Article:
President Barack Obama called Wednesday for international allies to sign on to more aggressive steps to jump-start their own economies, warning that U.S. efforts to pull its own economy back from the brink will falter without global coordination.
“We can do a really good job here at home, with a whole host of policies, but if you continue to see deterioration in the world economy, that’s going to set us back,” Obama told reporters after receiving an Oval Office briefing from Treasury Secretary Timothy Geithner.
Geithner is headed to Britain this week for talks with the finance ministers of 20 advanced and developing nations. Those meetings are a precursor to a leaders’ summit on the global financial crisis that is taking place in London early next month.
Geithner said there have been many ideas passed among the nations, and good progress made, but that the time for talk is over.
“It’s time now for us to move together and to begin to act,” he said. “Everything we do in the United States will be more effective if we have the world moving with us.”
Obama said the United States has two goals for the so-called Group of 20 summit: to make sure there is “concerted action around the globe to jump-start the economy” and to achieve consensus on regulatory reform to take place in each country.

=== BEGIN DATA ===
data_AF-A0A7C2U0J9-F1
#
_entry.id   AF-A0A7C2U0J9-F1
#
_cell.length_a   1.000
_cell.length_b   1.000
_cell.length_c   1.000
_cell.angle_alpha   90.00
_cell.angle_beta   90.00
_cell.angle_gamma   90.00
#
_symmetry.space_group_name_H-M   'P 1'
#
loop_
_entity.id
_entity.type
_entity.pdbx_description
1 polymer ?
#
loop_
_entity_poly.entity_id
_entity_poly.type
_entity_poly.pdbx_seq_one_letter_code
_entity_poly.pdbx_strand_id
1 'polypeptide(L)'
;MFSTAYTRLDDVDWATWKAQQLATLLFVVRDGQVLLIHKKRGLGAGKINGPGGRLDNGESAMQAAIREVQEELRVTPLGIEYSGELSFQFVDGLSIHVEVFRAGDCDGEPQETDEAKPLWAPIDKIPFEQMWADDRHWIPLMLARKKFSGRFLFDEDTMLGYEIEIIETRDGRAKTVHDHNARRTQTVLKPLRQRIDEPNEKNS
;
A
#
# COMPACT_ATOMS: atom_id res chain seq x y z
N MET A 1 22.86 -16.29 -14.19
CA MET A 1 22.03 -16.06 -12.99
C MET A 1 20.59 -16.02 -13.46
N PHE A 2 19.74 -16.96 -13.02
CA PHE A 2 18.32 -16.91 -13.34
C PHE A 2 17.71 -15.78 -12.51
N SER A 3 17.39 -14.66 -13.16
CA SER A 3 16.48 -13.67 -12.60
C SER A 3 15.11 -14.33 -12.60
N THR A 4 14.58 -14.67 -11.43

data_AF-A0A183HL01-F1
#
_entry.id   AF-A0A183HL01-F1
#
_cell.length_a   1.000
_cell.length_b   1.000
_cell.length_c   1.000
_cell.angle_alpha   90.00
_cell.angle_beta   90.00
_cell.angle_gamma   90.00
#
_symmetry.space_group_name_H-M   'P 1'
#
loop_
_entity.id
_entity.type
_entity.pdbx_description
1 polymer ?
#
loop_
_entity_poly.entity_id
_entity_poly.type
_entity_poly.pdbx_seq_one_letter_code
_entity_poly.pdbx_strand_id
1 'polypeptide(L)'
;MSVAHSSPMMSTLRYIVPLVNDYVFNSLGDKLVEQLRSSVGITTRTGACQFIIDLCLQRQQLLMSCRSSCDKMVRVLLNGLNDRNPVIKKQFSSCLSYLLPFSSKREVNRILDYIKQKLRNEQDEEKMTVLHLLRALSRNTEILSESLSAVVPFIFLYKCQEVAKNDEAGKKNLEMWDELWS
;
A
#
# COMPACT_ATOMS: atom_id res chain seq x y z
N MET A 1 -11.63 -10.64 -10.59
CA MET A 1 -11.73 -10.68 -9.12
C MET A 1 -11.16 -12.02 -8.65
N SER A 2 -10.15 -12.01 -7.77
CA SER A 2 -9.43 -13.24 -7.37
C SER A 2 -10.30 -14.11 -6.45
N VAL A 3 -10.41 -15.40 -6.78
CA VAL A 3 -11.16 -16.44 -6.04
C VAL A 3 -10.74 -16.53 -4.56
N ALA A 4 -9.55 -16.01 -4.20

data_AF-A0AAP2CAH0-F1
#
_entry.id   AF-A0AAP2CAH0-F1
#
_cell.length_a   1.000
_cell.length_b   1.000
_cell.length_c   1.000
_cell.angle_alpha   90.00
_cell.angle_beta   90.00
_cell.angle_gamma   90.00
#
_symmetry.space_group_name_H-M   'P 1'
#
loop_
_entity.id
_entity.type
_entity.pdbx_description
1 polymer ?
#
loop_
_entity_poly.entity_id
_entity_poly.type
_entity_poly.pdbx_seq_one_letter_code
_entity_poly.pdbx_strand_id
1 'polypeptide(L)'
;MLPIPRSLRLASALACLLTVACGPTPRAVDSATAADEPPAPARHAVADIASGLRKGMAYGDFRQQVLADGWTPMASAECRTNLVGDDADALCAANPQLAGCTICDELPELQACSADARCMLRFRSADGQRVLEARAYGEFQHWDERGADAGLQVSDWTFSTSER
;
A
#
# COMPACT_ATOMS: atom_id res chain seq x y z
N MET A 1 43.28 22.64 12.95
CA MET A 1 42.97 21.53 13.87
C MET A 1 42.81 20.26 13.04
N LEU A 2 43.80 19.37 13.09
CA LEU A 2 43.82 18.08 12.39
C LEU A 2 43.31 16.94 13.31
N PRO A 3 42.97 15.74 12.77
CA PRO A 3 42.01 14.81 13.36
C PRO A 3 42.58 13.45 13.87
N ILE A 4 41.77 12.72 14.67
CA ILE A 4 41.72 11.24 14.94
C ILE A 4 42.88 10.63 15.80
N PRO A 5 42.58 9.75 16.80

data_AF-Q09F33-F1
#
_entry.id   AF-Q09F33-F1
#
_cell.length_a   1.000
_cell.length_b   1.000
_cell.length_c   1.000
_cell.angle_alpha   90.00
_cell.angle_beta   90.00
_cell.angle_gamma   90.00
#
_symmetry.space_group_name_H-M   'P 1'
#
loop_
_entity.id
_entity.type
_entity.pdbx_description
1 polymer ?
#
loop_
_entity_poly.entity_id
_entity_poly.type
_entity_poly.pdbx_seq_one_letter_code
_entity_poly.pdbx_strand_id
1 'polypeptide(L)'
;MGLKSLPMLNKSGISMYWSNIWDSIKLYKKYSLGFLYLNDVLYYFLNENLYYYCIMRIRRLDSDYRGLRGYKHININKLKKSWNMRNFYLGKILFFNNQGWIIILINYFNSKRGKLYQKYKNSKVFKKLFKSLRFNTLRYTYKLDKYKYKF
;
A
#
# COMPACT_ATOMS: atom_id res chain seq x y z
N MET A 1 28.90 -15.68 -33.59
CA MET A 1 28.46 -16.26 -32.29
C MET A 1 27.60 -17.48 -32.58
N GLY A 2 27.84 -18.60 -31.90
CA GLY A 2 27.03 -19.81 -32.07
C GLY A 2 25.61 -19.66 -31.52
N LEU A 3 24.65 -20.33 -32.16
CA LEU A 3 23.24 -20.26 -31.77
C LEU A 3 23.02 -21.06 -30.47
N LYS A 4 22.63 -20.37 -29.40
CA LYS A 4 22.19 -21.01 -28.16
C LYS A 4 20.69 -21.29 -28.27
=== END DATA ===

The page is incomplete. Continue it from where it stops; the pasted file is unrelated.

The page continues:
He did not directly criticize other nations, such as in Europe, which have been reluctant to adopt the kind of expensive stimulus packages for their own economies that have been approved in the United States. But his message that allies are not doing enough compared with the United States was clear nonetheless.
“The United States has actually taken a significant lead on a number of these steps that are required,” he said. “As aggressive as the actions we are taking have been so far, it’s very important to make sure that other countries are moving in the same direction, because the global economy is all tied together.”
Obama has met with several G-20 leaders already in the lead-up to the summit, including Japanese Prime Minister Taro Aso and British Prime Minister Gordon Brown, hammering home the notion that they only benefit from a strong U.S. economy. The president said those talks have made him “optimistic about the prospects” for a good agreement to come out of London.
“They’re rooting for our success, we got to make sure we’re rooting for theirs,” Obama said.